Skip to content
This repository

HTTPS clone URL

Subversion checkout URL

You can clone with HTTPS or Subversion.

Download ZIP

A framework for implementing the Window Driver testing pattern in Ruby. Sits on top of Capybara; works nicely with Cucumber, RSpec and probably most other testing libraries.

Fetching latest commit…

Octocat-spinner-32-eaf2f5

Cannot retrieve the latest commit at this time

Octocat-spinner-32 lib
Octocat-spinner-32 spec
Octocat-spinner-32 .document
Octocat-spinner-32 .gitignore
Octocat-spinner-32 .rspec
Octocat-spinner-32 .travis.yml
Octocat-spinner-32 .yardopts
Octocat-spinner-32 Gemfile
Octocat-spinner-32 Gemfile.lock
Octocat-spinner-32 LICENSE.txt
Octocat-spinner-32 README.markdown
Octocat-spinner-32 Rakefile
Octocat-spinner-32 kookaburra.gemspec
README.markdown

Kookaburra

Kookaburra is a framework for implementing the Window Driver pattern in order to keep acceptance tests maintainable.

Requirements

Requires Ruby 1.9.3 or greater. Tested with both MRI and JRuby (note that you must run JRuby in 1.9 compatability mode.)

Installation

Kookaburra is available as a Rubygem and published on Rubygems.org, so installation is trivial:

gem install kookaburra

If you're using Bundler for your project, just add the following:

group :development, :test do
  gem 'kookaburra'
end

Setup

Kookaburra abstracts some common patterns for implementing the Window Driver testing pattern for web applications. You will need to tell Kookaburra which classes contain the specific Domain Driver implementations for your application as well as which driver to use for running the tests (currently only tested with Capybara).

Kookaburra is designed to run tests agains a remote web server (although that server could be running on the same machine, it doesn't need to be), and it is the responsibility of the test implementation to ensure that the server is running.

The fact that Kookaburra runs against a remote server means that it is not limited to testing only Ruby web applications. As long as your application exposes a web-service API for use by the GivenDriver and an HTML user interface for use by the UIDriver, you can use Kookaburra to test it. Also, as long as you're careful with both your application and test designs, you're not limited to running your tests only in an isolated testing environment; you could run the same test suite you use for development against your staging or production systems.

Testing an Application Running Locally

The fact that Kookaburra is designed to support running tests against a remote server does not, of course, mean that the application cannot be running locally. It is possible to have your test suite manage the process of starting and stopping your server for you. Examples of how to do so with a Rack application are presented below, but you should be able to take the same basic approach with other types of application servers.

Although Capybara is capable of starting a Rack application server on its own, the default setup only starts the server up on-demand when you call a method that requires the browser to interact with the web application. Because the APIDriver layer does not use Capybara, it is necessary to manage the server process on your own. Otherwise the server would not be guaranteed to be running when you call the APIDriver methods (particularly as these often appear in "Given" statements that are run before you start interacting with the web browser.)

Keep in mind that, even if your server is capable of being started up in another thread within the same Ruby process that is executing your test suite, you will want to avoid doing so unless you are using a Ruby interpreter that supports native threads. Otherwise, when the APIDriver makes an HTTP call to your application's API, it will block while waiting for a response, thus preventing your application from being able to respond to that request and resulting in a timeout error in your tests.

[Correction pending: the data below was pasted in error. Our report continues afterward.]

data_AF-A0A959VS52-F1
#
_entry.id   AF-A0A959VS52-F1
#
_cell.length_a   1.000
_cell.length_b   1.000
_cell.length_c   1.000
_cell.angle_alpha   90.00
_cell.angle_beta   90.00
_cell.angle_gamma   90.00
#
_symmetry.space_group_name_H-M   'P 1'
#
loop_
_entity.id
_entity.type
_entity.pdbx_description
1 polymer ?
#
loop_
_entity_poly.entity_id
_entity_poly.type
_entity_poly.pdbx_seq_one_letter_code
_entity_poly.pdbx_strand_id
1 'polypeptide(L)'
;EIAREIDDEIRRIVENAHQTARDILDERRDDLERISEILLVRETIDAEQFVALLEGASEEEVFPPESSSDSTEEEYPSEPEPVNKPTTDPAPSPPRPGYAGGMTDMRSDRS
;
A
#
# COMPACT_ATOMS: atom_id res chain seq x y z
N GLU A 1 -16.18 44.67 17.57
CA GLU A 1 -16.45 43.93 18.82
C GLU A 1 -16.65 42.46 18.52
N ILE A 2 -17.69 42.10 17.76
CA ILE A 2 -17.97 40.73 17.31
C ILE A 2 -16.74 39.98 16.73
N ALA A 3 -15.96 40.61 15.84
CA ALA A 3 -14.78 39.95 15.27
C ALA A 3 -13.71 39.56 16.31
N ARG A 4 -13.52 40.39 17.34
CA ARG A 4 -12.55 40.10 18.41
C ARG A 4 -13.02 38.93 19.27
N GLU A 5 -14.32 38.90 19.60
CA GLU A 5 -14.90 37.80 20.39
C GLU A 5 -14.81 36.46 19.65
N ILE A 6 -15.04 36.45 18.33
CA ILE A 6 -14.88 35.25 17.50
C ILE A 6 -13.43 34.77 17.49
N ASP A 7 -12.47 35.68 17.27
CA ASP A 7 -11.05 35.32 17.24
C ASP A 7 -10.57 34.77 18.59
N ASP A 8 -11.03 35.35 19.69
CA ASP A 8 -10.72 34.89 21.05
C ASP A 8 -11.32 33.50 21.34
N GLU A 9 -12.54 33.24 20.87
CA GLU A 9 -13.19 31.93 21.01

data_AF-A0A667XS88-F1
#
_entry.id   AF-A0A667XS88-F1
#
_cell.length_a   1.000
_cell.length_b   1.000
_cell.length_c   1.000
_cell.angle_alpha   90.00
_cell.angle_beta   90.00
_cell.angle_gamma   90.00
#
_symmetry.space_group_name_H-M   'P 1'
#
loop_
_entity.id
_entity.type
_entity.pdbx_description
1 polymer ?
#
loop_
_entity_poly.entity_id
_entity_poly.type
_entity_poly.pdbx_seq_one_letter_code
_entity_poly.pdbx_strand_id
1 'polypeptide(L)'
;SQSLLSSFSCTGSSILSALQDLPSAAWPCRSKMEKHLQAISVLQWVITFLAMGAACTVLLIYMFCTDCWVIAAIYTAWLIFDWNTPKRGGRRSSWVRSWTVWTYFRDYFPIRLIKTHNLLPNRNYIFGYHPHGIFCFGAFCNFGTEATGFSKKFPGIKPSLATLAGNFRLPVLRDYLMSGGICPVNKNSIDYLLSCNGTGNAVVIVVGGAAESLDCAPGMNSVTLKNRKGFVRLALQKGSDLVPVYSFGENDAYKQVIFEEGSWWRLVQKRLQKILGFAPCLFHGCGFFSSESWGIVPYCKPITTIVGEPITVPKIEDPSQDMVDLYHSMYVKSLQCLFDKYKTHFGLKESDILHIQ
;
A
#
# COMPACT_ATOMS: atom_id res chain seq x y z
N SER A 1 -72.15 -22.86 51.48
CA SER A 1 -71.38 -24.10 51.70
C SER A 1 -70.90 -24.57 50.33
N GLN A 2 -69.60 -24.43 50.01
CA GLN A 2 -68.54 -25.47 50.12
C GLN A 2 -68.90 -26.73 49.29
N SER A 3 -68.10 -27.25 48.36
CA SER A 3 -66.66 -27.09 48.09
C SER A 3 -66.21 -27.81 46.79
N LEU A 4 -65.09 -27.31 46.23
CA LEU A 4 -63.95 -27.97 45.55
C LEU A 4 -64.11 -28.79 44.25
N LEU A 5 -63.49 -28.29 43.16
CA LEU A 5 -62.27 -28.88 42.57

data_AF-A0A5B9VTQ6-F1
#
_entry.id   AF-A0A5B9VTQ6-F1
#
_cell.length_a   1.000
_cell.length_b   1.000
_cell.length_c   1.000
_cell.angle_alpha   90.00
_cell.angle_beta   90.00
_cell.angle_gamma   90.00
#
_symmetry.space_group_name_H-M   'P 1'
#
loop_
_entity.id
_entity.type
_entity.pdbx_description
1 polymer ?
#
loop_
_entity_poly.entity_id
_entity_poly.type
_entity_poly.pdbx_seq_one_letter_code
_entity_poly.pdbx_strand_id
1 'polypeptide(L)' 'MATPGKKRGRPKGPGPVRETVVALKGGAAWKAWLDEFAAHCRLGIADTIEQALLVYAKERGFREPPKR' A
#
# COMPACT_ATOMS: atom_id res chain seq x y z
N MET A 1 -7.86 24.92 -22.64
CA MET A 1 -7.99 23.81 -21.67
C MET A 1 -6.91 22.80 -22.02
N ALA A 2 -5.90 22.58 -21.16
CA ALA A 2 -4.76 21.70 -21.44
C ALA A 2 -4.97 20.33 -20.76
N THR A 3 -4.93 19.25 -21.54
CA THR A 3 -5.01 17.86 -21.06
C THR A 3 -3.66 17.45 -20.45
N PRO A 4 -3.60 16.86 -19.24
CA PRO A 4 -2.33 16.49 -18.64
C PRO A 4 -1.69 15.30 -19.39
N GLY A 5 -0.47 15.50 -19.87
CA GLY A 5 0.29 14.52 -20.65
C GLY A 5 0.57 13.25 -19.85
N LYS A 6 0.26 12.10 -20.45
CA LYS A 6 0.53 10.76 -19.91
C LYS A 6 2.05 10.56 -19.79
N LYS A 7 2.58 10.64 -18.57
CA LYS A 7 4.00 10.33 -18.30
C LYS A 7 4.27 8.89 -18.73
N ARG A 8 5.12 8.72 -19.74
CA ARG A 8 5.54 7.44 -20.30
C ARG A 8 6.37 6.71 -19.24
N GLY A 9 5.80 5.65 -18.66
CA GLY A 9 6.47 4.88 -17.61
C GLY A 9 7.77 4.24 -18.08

RSpec

The following examples depict how you might configure RSpec to run tests against an already running application server (e.g. a remote staging site) and a Rack application server that is managed by the test suite.

Testing an already running server

If you are running your tests against an already running server, you can simply add the following to spec/support/kookaburra_setup.rb:

require 'kookaburra/test_helpers'

# Change these to the files that define your custom GivenDriver and UIDriver
# implementations.
require 'my_app/kookaburra/given_driver'
require 'my_app/kookaburra/ui_driver'

# c.app_host below should be set to whatever the root URL of your running
# application is.
Kookaburra.configure do |c|
  c.given_driver_class = MyApp::Kookaburra::GivenDriver
  c.ui_driver_class = MyApp::Kookaburra::UIDriver
  c.app_host = 'http://my_app.example.com:1234'
  c.browser = Capybara::Session.new(:selenium)
  c.server_error_detection { |browser|
    browser.has_css?('head title', :text => 'Internal Server Error')
  }
end

RSpec.configure do |c|
  # Makes the #k, #given and #ui methods available to your specs
  # (See section on test implementation below)
  c.include(Kookaburra::TestHelpers, :type => :request)
end

Managing startup and shutdown of a Rack application server

While developing, it can be helpful to run your integration specs against a locally-running server that is managed by your test suite. The setup is similar to that in the previous section, but it adds before and after hooks to launch and shut down a Rack application server. Just add the following to spec/support/kookaburra_setup.rb:

require 'kookaburra/test_helpers'
require 'kookaburra/rack_app_server'

# Change these to the files that define your custom GivenDriver and UIDriver
# implementations.
require 'my_app/kookaburra/given_driver'
require 'my_app/kookaburra/ui_driver'

# `MyApplication` below should be replaced with the object that
# implements the Rack `#call` interface for your application. For a
# Rails app, this would be along the lines of
# `MyAppName::Application`.
app_server = Kookaburra::RackAppServer.new do
  require 'path/to/my_application'
  MyApplication
end

# c.app_host below should be set to whatever the root URL of your